Stewart’s Shops says EV warrants don’t match demand

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MALTA – Stewart’s Shops, perhaps the largest chain of gas stations and convenience stores in the region, says the passage of a bill by the state legislature requiring that only zero-emission cars be sold in New York from 2035 may not correspond to the economic realities on the ground.

Stewart’s has a huge interest in selling gasoline to owners of traditional internal combustion engine cars and trucks that use fossil gasoline at its nearly 340 locations in upstate New York and Vermont. . Nevertheless, he added a few charging stations.

The Saratoga County-based company has also invested tens of millions of dollars in recent years building new stores with more gas pumps and also purchased a wholesale gas distribution operation last year at Polsniello Fuels in Rensselaer.

Stewart’s, which is owned by both its employees and the Dake family, is a member of the New York Association of Convenience Stores, a trade association that recently fought against the bill.

Zero-emission vehicles are a broad term – currently the market would include electric vehicles, but could also include hydrogen-powered cars and trucks – although automakers may be a decade or more away to introduce hydrogen cars, which also require a considerable investment in infrastructure.


The New York Association of Convenience Stores sent a letter to members of the legislature in March asking them to reconsider voting for the measure because of the potential economic implications it could have for consumers, government and businesses.

“It doesn’t matter if the price of these vehicles exceeds the means of the average New Yorker family,” wrote James Calvin, president of the association. “It doesn’t matter if the resulting drop in petroleum fuel demand costs the state half a billion dollars a year in tax revenue for road and bridge maintenance. It doesn’t matter if it denies station owners -service a six-figure return on their investment in underground oil reservoirs that meet state and federal standards. “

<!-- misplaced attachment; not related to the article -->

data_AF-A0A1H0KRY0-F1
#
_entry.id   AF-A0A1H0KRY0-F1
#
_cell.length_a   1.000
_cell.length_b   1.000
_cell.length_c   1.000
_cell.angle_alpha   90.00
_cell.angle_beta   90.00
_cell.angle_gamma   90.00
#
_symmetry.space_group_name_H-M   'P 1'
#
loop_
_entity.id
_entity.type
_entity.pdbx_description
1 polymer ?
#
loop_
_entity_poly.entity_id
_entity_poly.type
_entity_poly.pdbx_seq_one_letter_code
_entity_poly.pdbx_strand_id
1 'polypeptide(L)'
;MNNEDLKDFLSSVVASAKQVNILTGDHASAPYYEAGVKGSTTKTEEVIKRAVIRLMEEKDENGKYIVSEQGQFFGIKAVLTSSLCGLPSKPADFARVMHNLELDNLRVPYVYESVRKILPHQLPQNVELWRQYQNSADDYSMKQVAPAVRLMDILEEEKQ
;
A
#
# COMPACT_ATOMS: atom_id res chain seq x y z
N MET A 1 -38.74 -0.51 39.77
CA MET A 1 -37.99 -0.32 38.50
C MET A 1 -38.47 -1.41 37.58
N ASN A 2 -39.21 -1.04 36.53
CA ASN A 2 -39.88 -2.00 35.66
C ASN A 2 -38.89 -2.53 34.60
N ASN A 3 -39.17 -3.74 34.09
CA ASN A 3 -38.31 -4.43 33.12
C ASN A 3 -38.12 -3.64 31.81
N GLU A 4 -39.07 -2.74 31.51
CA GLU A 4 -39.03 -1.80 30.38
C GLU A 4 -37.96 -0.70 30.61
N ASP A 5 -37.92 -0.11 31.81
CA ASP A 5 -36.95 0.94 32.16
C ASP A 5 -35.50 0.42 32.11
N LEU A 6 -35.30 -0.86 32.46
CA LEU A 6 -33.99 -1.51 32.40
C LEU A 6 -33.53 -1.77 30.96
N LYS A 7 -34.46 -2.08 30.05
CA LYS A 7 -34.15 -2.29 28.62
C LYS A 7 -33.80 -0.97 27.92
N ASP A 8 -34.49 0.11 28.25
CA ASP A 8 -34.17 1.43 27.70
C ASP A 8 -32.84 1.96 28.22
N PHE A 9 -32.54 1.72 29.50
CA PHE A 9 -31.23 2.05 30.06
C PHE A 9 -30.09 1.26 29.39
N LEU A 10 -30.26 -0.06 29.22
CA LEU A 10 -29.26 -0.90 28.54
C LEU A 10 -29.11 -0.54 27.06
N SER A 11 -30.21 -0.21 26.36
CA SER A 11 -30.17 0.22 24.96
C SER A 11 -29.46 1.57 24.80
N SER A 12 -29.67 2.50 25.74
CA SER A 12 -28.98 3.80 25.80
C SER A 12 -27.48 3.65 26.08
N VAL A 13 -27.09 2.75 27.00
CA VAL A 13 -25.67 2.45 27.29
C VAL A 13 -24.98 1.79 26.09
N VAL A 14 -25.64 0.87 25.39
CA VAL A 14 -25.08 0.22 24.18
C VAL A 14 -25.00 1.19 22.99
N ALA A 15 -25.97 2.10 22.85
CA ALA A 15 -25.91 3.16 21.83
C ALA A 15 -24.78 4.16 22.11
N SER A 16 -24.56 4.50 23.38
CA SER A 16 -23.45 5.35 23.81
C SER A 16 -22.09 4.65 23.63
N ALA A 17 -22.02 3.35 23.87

The bill was passed by the Legislature in April, but has yet to be signed by Gov. Andrew Cuomo to become law, so it’s unclear whether the mandate will ultimately be implemented.

Erica Komoroske, director of public affairs at Stewart’s, says that although her company is a member of the Convenience Stores Association, she said Monday that she was not sure if the company was even aware of Calvin’s letter to the legislature, she therefore declined to say whether Stewart opposed the bill.

She said there are complexities within the electric vehicle market that can make it difficult for the public to adopt EV cars and trucks. She also added that Stewart’s supports the EV market in its stores with charging stations, but even though chargers have limited use. The company has installed Tesla Super Charger stations in three of its stores so far, with more EV chargers to come.

“In our current experience, two of our Tesla Super Charger sites average only five charges per day while the third sees 20 charges per day,” Komoroske said. “The impeachment request simply did not meet the activist and political push that currently exists.”



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